I can hit about 100' with a one handed 7 weight rod (TFO's new TiCR to be exact) but I can't mend line at that distance. Since I will be streamer fishing in high water with a fast pace and nymphing in big rivers in the meantime, the long rod's mending abilities should really be more of an advantage. As is, that 100' cast is only good for saltwater (and then the conditions shorten it considerably, I certainly can't do that into a wind or while trying to fish in waist high surf.) If I can simply reach a little more to mend a little better and do it with less backcast, the spey will be well worth it. Plus, like I said, it is just so darn cool.

When you say overhead casting, does this continue to include a haul, ie is just a regular cast only with an immense rod? I am sure I will use this some but my intention here is *to learn to spey cast* so I am more willing to take a hit on distance for a period and learn the full complement. If I never get to 120', that's ok, too, like I said the rods offer a lot of other advantages and I don't want you to think I am a distance fiend.

Thanks for all the help, guys.
Zach
 

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Coast2coast Flyfishaholic
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1,771 Posts
I see. I defer to loco_alto's mid-length advice which is right on the money! (I thought you meant you had to hit over 100')

To answer your original question about the 13' 6/7...

The Expert 13' 6/7 is an ultralight spey most suited for trout rivers and light anadromous fishing. It's a very light action, soft, traditional flex rod so in that sense will teach good technique to the relaxed caster but if you plan to spey fish for steelhead and salmon as well you might consider the 8/9 rods below. It differs from the other CND rods in that it's primarily a trout spey rod and is much softer for fine presentations of trout flies. Even average sized trout will give you a good battle on this rod.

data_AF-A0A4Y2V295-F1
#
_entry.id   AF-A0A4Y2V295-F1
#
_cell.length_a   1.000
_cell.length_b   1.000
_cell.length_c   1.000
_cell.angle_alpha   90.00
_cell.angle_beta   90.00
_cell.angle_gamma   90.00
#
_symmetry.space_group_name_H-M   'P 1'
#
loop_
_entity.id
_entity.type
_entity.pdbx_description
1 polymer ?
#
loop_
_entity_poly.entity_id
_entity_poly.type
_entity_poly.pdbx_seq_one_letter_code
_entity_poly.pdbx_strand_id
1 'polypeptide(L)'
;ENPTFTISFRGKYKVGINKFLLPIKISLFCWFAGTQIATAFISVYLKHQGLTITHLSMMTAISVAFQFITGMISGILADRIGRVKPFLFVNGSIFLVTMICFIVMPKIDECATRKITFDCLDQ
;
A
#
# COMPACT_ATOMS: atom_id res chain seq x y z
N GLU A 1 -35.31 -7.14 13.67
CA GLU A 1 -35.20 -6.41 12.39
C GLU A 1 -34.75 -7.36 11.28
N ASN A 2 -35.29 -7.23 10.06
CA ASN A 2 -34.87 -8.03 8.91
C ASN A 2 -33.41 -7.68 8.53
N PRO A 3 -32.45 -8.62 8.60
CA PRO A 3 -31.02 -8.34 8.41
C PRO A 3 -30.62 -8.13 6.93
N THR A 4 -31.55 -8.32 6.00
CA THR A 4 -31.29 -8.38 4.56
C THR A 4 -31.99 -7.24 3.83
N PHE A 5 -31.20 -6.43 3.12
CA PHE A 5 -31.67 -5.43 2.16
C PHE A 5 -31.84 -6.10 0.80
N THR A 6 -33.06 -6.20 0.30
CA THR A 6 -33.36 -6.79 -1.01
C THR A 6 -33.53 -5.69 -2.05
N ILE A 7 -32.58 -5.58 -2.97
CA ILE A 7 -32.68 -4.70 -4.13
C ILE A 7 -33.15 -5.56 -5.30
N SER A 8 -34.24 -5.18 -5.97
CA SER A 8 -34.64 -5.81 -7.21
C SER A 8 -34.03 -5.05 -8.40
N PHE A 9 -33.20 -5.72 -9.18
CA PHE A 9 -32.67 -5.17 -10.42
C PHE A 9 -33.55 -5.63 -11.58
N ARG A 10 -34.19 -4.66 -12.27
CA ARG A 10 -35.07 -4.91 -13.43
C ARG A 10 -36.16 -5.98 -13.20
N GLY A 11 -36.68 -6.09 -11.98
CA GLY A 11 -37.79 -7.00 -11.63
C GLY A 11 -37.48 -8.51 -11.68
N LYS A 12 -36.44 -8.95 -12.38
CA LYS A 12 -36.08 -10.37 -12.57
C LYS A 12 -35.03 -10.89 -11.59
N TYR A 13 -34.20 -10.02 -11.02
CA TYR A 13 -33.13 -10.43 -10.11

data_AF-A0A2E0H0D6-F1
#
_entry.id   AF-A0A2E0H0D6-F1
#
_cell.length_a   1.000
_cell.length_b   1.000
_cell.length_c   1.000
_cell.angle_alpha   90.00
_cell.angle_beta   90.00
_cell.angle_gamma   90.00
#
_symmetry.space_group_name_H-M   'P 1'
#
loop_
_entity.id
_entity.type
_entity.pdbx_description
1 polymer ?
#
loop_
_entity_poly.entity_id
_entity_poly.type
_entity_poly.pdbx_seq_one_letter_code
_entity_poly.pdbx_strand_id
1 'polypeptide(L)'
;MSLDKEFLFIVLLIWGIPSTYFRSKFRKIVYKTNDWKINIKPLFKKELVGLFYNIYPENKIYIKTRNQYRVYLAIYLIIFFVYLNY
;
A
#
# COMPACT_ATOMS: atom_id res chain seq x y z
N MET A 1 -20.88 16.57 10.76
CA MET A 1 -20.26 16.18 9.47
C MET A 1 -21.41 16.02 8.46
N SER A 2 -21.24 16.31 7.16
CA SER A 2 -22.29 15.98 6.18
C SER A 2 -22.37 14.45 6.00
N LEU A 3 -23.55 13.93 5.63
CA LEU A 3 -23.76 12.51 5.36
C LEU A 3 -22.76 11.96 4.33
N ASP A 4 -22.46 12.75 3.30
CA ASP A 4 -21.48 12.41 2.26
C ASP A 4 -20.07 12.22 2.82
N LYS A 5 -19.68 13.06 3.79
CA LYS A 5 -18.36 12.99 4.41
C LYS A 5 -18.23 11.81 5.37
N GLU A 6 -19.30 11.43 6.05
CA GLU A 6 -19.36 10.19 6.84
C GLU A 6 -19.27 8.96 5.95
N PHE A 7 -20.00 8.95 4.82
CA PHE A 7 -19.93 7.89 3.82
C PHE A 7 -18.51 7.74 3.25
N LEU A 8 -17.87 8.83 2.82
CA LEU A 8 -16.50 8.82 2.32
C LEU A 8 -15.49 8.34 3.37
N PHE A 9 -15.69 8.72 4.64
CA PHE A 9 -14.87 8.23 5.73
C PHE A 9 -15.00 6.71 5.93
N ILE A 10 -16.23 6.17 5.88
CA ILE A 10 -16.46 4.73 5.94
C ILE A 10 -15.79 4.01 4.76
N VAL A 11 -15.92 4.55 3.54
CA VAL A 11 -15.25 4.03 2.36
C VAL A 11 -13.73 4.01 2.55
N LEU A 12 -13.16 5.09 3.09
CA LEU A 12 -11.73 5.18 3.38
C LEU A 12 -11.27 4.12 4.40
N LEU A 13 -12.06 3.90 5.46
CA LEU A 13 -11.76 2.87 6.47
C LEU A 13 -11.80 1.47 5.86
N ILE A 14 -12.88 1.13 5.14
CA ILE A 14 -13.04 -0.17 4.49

The Custom 13' 7/8 is a medium-light all around spey rod capable of throwing distance casts and is a good learning tool. It's use will apply to medium and large rivers alike, and perhaps the best all-around choice for what you're doing or what you might do down the road when you fall hopelessly into the spey casting abyss as we all here have done. Trout of 14-16" or more will give you a great battle on this rod, and it will tame those monster White River browns as well. It doesn't feel heavy to use, yet it has a lot of power in reserve. It's our best-seller for summer steelhead. It can handle a broad range of lines from finesse (6/7 Midspey) to thoroughly loaded (6/7 XLT) and still feel great to cast.

The Expert 13' 7/8 is similar to the Custom but is less expensive, slightly less modulus material but is a favorite of mine and a great learning rod.

Well, I've over-run my allotment with what I had hoped to be a short reply, so if you have any further questions contact me off-line and I will give you the long version. :devil:

Juro
 

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Spey in the South?!
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137 Posts
Discussion Starter #15
CND Expert